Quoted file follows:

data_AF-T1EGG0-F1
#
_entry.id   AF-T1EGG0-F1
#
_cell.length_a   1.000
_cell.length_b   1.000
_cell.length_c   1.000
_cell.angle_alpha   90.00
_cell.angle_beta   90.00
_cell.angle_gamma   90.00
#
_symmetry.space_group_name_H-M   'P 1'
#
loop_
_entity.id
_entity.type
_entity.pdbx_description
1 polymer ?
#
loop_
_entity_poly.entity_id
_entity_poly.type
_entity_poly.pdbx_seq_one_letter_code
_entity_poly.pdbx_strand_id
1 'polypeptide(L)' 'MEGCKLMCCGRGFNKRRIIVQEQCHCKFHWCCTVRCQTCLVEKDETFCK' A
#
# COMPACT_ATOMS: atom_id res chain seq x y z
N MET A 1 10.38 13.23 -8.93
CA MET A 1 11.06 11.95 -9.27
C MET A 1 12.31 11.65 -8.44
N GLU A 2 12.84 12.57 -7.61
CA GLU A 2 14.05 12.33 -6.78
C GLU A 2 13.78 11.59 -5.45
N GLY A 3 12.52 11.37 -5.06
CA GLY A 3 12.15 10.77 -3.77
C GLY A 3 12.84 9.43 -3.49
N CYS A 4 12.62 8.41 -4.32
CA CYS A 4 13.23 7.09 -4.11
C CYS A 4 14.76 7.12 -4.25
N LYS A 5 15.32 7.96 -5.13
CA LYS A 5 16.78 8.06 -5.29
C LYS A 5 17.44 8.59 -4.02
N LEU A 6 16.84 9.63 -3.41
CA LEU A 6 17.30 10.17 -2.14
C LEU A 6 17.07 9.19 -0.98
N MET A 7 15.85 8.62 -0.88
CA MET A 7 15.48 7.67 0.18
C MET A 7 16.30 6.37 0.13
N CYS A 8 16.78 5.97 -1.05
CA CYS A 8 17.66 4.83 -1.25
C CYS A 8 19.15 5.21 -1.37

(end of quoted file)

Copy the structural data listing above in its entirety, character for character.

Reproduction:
data_AF-T1EGG0-F1
#
_entry.id   AF-T1EGG0-F1
#
_cell.length_a   1.000
_cell.length_b   1.000
_cell.length_c   1.000
_cell.angle_alpha   90.00
_cell.angle_beta   90.00
_cell.angle_gamma   90.00
#
_symmetry.space_group_name_H-M   'P 1'
#
loop_
_entity.id
_entity.type
_entity.pdbx_description
1 polymer ?
#
loop_
_entity_poly.entity_id
_entity_poly.type
_entity_poly.pdbx_seq_one_letter_code
_entity_poly.pdbx_strand_id
1 'polypeptide(L)' 'MEGCKLMCCGRGFNKRRIIVQEQCHCKFHWCCTVRCQTCLVEKDETFCK' A
#
# COMPACT_ATOMS: atom_id res chain seq x y z
N MET A 1 10.38 13.23 -8.93
CA MET A 1 11.06 11.95 -9.27
C MET A 1 12.31 11.65 -8.44
N GLU A 2 12.84 12.57 -7.61
CA GLU A 2 14.05 12.33 -6.78
C GLU A 2 13.78 11.59 -5.45
N GLY A 3 12.52 11.37 -5.06
CA GLY A 3 12.15 10.77 -3.77
C GLY A 3 12.84 9.43 -3.49
N CYS A 4 12.62 8.41 -4.32
CA CYS A 4 13.23 7.09 -4.11
C CYS A 4 14.76 7.12 -4.25
N LYS A 5 15.32 7.96 -5.13
CA LYS A 5 16.78 8.06 -5.29
C LYS A 5 17.44 8.59 -4.02
N LEU A 6 16.84 9.63 -3.41
CA LEU A 6 17.30 10.17 -2.14
C LEU A 6 17.07 9.19 -0.98
N MET A 7 15.85 8.62 -0.88
CA MET A 7 15.48 7.67 0.18
C MET A 7 16.30 6.37 0.13
N CYS A 8 16.78 5.97 -1.05
CA CYS A 8 17.66 4.83 -1.25
C CYS A 8 19.15 5.21 -1.37